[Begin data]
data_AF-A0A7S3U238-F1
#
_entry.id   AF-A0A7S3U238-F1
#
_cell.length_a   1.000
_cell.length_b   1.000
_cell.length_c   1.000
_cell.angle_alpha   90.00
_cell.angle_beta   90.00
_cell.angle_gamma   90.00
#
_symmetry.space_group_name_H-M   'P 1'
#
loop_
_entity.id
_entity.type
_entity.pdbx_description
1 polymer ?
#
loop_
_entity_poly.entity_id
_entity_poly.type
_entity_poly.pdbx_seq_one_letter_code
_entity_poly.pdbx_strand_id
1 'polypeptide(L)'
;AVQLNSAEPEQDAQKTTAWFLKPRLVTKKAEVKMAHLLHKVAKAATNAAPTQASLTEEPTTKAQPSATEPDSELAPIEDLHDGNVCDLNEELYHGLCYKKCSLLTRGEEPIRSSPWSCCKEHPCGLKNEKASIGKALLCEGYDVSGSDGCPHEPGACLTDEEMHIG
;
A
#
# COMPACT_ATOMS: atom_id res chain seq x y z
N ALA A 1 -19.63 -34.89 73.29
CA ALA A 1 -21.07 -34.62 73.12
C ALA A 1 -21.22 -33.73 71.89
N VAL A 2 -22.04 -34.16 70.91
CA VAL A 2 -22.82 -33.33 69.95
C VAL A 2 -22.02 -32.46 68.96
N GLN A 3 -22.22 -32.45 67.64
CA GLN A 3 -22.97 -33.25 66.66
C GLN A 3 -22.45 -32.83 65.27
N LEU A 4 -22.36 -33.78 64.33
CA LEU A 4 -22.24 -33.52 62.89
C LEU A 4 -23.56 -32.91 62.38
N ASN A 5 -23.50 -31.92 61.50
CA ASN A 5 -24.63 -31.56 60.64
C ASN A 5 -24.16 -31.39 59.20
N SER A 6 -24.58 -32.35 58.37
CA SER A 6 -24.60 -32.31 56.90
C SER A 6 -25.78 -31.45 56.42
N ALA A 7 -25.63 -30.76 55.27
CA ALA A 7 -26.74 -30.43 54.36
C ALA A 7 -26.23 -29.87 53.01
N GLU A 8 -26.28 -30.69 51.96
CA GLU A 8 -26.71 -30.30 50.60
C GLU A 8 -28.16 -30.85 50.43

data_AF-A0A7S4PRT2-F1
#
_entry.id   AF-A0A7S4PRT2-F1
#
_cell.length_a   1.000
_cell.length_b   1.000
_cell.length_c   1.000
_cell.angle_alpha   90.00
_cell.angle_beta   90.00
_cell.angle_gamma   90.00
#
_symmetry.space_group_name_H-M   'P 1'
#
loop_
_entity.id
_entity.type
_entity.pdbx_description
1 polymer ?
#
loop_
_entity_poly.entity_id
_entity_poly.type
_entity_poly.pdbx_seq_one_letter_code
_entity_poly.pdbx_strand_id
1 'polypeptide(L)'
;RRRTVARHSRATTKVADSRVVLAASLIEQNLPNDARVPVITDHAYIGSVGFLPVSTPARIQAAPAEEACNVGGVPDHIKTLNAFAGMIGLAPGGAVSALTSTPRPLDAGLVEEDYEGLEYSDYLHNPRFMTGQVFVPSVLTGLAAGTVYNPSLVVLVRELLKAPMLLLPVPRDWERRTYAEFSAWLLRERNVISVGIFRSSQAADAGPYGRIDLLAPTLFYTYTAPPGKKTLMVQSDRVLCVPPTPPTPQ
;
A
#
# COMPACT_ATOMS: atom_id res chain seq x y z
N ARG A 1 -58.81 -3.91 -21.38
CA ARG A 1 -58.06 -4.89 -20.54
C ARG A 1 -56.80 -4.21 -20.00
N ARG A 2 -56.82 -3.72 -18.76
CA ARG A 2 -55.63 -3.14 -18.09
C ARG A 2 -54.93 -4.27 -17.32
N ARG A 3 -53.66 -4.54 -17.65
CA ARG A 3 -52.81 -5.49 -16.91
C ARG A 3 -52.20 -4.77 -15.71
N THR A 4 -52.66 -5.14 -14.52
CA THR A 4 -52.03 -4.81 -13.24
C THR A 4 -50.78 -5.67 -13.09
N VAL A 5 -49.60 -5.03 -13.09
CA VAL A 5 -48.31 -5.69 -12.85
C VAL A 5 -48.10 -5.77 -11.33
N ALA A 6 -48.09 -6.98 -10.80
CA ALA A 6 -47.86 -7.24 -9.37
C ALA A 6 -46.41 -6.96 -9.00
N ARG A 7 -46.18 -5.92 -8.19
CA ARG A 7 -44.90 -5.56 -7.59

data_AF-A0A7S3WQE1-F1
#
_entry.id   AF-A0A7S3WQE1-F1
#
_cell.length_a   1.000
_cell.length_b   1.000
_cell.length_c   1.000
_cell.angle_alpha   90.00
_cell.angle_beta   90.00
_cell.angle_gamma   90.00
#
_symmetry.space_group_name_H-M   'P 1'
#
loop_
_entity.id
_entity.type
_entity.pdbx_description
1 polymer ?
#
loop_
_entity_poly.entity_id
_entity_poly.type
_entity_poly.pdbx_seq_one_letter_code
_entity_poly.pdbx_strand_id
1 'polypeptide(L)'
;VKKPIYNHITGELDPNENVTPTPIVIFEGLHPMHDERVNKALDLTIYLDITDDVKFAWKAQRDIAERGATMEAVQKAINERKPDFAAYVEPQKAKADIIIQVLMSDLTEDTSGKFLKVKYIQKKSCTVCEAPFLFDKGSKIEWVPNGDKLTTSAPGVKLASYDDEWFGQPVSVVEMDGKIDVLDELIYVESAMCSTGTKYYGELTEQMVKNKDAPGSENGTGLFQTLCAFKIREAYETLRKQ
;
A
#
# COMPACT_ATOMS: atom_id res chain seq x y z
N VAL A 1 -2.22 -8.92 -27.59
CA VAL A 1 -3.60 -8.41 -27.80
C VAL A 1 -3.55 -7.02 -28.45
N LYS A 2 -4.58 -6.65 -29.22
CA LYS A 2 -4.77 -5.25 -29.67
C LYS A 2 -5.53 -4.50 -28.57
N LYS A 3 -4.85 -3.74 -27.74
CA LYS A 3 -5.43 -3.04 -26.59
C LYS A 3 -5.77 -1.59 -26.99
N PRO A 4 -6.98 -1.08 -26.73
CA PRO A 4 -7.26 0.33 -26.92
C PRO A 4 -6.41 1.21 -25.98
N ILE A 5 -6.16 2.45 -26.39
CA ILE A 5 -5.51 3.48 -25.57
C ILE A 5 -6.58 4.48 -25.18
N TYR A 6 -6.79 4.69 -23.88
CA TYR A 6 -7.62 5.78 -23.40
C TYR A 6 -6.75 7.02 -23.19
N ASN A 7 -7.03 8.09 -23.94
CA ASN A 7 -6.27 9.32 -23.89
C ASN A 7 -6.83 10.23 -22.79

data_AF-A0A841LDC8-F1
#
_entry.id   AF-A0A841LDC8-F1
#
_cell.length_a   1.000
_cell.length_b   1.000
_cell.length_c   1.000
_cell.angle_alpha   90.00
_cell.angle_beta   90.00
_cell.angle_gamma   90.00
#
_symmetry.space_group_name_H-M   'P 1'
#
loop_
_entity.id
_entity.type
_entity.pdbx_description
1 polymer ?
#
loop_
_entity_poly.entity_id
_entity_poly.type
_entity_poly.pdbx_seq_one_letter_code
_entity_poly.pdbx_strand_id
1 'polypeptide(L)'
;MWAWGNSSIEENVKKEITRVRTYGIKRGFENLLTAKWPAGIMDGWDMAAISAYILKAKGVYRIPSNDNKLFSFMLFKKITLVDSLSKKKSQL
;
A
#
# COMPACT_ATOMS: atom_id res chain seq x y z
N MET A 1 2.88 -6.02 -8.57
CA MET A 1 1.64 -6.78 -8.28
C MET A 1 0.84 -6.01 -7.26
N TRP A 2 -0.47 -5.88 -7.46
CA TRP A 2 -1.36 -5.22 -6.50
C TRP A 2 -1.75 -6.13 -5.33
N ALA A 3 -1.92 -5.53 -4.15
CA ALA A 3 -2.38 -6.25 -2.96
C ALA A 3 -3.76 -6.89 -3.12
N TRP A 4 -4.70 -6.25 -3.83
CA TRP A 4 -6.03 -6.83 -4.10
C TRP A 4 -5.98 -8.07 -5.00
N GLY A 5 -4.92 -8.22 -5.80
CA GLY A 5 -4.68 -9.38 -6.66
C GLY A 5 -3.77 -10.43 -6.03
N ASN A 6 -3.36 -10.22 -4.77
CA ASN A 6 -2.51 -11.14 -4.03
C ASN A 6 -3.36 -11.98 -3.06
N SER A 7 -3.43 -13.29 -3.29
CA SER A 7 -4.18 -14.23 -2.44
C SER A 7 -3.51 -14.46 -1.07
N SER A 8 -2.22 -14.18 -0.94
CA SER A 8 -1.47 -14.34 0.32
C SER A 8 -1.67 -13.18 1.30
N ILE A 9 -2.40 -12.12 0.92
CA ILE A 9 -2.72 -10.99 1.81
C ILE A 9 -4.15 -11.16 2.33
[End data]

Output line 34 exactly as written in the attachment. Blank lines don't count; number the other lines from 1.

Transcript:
N VAL A 2 -22.04 -34.16 70.91